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Showing posts with label tech. Show all posts
Showing posts with label tech. Show all posts

Tuesday, April 08, 2014

April tech reading

Here's a bunch of stuff I found to be of some interest and relevance. Happy reading!
An Apache HTTP client "bug"/weirdness I ran into recently, which would end up consuming a large number of ephemeral ports (client side) instead or reusing connections - fix description. The ports would end up waiting in TCP_WAIT state for a long time and the client would eventually stop, unable to make any new requests.

Big data stuff. Naturally, any list is incomplete without big data: 
IntelliJ 13.1 and Git weirdness:
Random, clever tech stuff:
Until next time!

Wednesday, January 29, 2014

This month's good tech reading

(Many of these links I discovered in my Google+, Twitter, HN or RSS feeds. I don't take credit to be the first to find them)

Java:
Network:
Until next time!

Sunday, January 19, 2014

Rsync in Java - a quick (and partial) hack

Over the years I've been (mildly) fascinated by how various version control tools and file backup utilities work. Especially the core algorithm that drives many of these file send/diff/backup/de-duplication programs.

Rsync being the most widely used tools and the basis for many extensions, I naturally tried to wrap my head around it's working. But I thought the details were somewhat hazy. Maybe it was just me but I was looking for a simpler, clearer implementation of the algorithm and not a fully functioning program.

Recently, I gave it another shot. I waded through some of the material available on the interwebs and bravely set out to implement it to see how much of I had understood.

So, here is the basic implementation in Java. It may not be a faithful implementation of the paper but the gist is:

  • Create a summary out of fixed blocks of input text (original)
  • Use these blocks as reference against another text (modified)
    • This modified text is slightly different from the original text
    • Hence the assumption that the original text can be transformed to the modified text without having to send the entire modified text back
  • The modified text can now be transformed into a combination of:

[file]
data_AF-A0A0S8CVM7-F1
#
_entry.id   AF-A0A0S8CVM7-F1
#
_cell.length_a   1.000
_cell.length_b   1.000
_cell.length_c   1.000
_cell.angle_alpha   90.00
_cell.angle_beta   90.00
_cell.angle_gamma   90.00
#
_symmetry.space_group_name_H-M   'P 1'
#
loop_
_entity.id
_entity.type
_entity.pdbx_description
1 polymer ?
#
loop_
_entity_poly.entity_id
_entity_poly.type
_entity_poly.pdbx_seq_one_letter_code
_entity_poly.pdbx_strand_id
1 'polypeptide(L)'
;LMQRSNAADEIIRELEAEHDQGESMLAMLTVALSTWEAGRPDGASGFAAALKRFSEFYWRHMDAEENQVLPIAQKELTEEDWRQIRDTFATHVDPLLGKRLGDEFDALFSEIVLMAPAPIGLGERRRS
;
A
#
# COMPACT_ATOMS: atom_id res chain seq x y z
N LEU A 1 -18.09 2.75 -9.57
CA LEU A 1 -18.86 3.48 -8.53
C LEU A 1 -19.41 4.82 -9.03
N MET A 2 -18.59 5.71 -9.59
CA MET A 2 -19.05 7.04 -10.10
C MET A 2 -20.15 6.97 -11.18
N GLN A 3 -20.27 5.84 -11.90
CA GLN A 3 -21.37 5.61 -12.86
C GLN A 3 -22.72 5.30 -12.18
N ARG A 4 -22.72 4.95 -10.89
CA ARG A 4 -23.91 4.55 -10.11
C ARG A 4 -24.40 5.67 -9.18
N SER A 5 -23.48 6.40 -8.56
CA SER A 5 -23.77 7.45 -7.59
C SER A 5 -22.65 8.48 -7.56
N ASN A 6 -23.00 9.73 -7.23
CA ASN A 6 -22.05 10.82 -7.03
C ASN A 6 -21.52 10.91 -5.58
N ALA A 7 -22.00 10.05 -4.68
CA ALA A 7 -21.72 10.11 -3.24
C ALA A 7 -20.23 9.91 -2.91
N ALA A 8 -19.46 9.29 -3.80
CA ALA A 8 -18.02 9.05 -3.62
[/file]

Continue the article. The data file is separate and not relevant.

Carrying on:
• References to those original blocks where there were no changes
    • And any differences as simple text
The code is available here and the same is embedded at the bottom of this post.

Some notes on the implementation:
  • It only handles Java Strings
  • It uses a combination of Rabin-Karp rolling hash for quick, incremental hashing of blocks and CRC32 for hash conflict resolution. In reality a much more robust hash should be used instead of CRC32
  • It assumes that the list of generated "blocks" is available on the other side to generate the patch. In reality there has to be a more clearly defined mechanism/protocol to exchange these blocks
  • The overall algorithm to identify common/repeating hashes should be smarted than this
References:
Code:
Until next time!

Sunday, December 15, 2013

Java/tech stuff I found on the internet (Dec 2013 edition)

Networking and big data:

Java/JVM perf:
Java memory model + arrays + visibility/ordering:
Happy holidays!

Sunday, November 24, 2013

Analyzing large Java heap dumps when Eclipse Memory Analyzer (MAT) UI fails

If you find yourself trying to analyze a big heap dump (20-30GB) downloaded from your production server to your staging/test machines.. only to find out that X-over-SSH is too slow then this article is for you.

As of Nov 2013, we have 2 options - Eclipse MAT and a hidden gem called Bheapsampler.

Option 1:
Eclipse Memory Analyzer is obviously the best tool for this job. However, trying to get the UI to run remotely is very painful. Launching Eclipse and updating the UI is an extra load on the JVM that is already busy analyzing a 30G heap dump. Fortunately, there is a script that comes with MAT to parse the the heap dump and generate HTML reports without ever having to launch Eclipse! It's just that the command line option is not well advertised.

Command line heap analysis using Eclipse MAT:

Assuming Eclipse MAT is installed and we are inside the mat/ directory, modify MemoryAnalyzer.ini heap settings to use a large heap to handle large dumps:

    -startup
    plugins/org.eclipse.equinox.
launcher_1.2.0.v20110502.jar
    --launcher.library
    plugins/org.eclipse.equinox.launcher.gtk.linux.x86_64_1.1.
100.v20110505
    -vmargs
    -Xms24g
    -Xmx24g


Run MAT against the heap dump:

    ./ParseHeapDump.sh ../today_heap_dump/jvm.hprof

This takes a while to execute and generates indices and other files to make repeated analysis faster. Then use the indices created in the previous step and run a "Leak suspects" report on the heap dump.

    ./ParseHeapDump.sh ../today_heap_dump/jvm.hprof org.eclipse.mat.api:suspects

The output is a small and easy to download jvm_Leak_Suspects.zip. This has HTML files just like the MAT Eclipse UI. It can be easily SCP'ed/emailed around.

Other report types possible.

    org.eclipse.mat.api:suspects
    org.eclipse.mat.api:overview
    org.eclipse.mat.api:top_
components
   
More details - http://wiki.eclipse.org/index.php/MemoryAnalyzer/FAQ.

Option 2:
http://dr-brenschede.de/bheapsampler is something I chanced upon. It is a sampling heap dump reader and so it works for very large heap dumps where MAT sometimes fails. Being a sampling reader, the output is also a little imprecise but helps a great deal when you have nothing else. The tool seems to be closed source and is very sensitive to heap dump corruptions.

As an aside, here's something that might be useful for the initial heap dump quickly - https://blogs.atlassian.com/2013/03/so-you-want-your-jvms-heap/.